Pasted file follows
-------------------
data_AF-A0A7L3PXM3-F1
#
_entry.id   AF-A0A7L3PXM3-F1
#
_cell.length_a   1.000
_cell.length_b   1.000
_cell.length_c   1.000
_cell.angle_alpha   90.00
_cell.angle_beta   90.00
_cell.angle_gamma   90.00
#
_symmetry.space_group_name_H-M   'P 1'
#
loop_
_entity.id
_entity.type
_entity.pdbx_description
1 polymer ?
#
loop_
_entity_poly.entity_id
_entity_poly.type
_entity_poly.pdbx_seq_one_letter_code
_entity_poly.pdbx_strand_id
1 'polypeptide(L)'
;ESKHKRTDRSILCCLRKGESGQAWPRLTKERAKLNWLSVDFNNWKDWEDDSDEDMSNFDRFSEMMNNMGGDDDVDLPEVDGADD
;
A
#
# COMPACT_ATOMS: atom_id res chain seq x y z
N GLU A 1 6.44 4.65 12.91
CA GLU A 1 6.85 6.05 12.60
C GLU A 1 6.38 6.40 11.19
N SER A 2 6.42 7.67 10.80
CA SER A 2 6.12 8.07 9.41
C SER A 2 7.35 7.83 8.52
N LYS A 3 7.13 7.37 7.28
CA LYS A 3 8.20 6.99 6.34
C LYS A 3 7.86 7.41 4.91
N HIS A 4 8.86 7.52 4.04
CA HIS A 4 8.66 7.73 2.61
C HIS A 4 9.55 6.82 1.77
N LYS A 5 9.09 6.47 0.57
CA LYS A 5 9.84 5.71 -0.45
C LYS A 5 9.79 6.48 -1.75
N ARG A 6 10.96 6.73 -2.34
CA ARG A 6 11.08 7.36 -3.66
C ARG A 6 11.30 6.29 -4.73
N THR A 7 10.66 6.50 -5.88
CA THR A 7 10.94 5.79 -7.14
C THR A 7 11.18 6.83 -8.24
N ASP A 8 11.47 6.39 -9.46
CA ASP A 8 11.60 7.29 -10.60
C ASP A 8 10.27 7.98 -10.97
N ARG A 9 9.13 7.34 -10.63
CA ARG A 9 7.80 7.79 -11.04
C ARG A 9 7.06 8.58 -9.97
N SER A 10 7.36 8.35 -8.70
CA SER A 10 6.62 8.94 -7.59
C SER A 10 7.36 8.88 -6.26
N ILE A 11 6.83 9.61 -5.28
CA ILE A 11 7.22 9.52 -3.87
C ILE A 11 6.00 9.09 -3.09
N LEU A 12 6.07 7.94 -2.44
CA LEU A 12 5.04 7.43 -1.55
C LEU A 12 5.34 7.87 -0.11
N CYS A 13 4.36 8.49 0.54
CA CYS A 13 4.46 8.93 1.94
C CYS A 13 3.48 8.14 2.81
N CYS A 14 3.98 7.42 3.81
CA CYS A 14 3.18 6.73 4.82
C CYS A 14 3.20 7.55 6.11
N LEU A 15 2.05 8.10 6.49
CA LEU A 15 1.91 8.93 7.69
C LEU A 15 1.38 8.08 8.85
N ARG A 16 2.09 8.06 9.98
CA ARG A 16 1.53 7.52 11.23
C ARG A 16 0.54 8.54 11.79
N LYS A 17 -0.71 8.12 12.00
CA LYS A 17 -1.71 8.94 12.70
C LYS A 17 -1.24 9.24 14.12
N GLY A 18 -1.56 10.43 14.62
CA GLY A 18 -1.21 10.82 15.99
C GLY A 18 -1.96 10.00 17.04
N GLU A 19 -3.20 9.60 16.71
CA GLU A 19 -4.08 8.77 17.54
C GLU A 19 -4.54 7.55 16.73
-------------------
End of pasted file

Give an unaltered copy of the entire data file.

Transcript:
data_AF-A0A7L3PXM3-F1
#
_entry.id   AF-A0A7L3PXM3-F1
#
_cell.length_a   1.000
_cell.length_b   1.000
_cell.length_c   1.000
_cell.angle_alpha   90.00
_cell.angle_beta   90.00
_cell.angle_gamma   90.00
#
_symmetry.space_group_name_H-M   'P 1'
#
loop_
_entity.id
_entity.type
_entity.pdbx_description
1 polymer ?
#
loop_
_entity_poly.entity_id
_entity_poly.type
_entity_poly.pdbx_seq_one_letter_code
_entity_poly.pdbx_strand_id
1 'polypeptide(L)'
;ESKHKRTDRSILCCLRKGESGQAWPRLTKERAKLNWLSVDFNNWKDWEDDSDEDMSNFDRFSEMMNNMGGDDDVDLPEVDGADD
;
A
#
# COMPACT_ATOMS: atom_id res chain seq x y z
N GLU A 1 6.44 4.65 12.91
CA GLU A 1 6.85 6.05 12.60
C GLU A 1 6.38 6.40 11.19
N SER A 2 6.42 7.67 10.80
CA SER A 2 6.12 8.07 9.41
C SER A 2 7.35 7.83 8.52
N LYS A 3 7.13 7.37 7.28
CA LYS A 3 8.20 6.99 6.34
C LYS A 3 7.86 7.41 4.91
N HIS A 4 8.86 7.52 4.04
CA HIS A 4 8.66 7.73 2.61
C HIS A 4 9.55 6.82 1.77
N LYS A 5 9.09 6.47 0.57
CA LYS A 5 9.84 5.71 -0.45
C LYS A 5 9.79 6.48 -1.75
N ARG A 6 10.96 6.73 -2.34
CA ARG A 6 11.08 7.36 -3.66
C ARG A 6 11.30 6.29 -4.73
N THR A 7 10.66 6.50 -5.88
CA THR A 7 10.94 5.79 -7.14
C THR A 7 11.18 6.83 -8.24
N ASP A 8 11.47 6.39 -9.46
CA ASP A 8 11.60 7.29 -10.60
C ASP A 8 10.27 7.98 -10.97
N ARG A 9 9.13 7.34 -10.63
CA ARG A 9 7.80 7.79 -11.04
C ARG A 9 7.06 8.58 -9.97
N SER A 10 7.36 8.35 -8.70
CA SER A 10 6.62 8.94 -7.59
C SER A 10 7.36 8.88 -6.26
N ILE A 11 6.83 9.61 -5.28
CA ILE A 11 7.22 9.52 -3.87
C ILE A 11 6.00 9.09 -3.09
N LEU A 12 6.07 7.94 -2.44
CA LEU A 12 5.04 7.43 -1.55
C LEU A 12 5.34 7.87 -0.11
N CYS A 13 4.36 8.49 0.54
CA CYS A 13 4.46 8.93 1.94
C CYS A 13 3.48 8.14 2.81
N CYS A 14 3.98 7.42 3.81
CA CYS A 14 3.18 6.73 4.82
C CYS A 14 3.20 7.55 6.11
N LEU A 15 2.05 8.10 6.49
CA LEU A 15 1.91 8.93 7.69
C LEU A 15 1.38 8.08 8.85
N ARG A 16 2.09 8.06 9.98
CA ARG A 16 1.53 7.52 11.23
C ARG A 16 0.54 8.54 11.79
N LYS A 17 -0.71 8.12 12.00
CA LYS A 17 -1.71 8.94 12.70
C LYS A 17 -1.24 9.24 14.12
N GLY A 18 -1.56 10.43 14.62
CA GLY A 18 -1.21 10.82 15.99
C GLY A 18 -1.96 10.00 17.04
N GLU A 19 -3.20 9.60 16.71
CA GLU A 19 -4.08 8.77 17.54
C GLU A 19 -4.54 7.55 16.73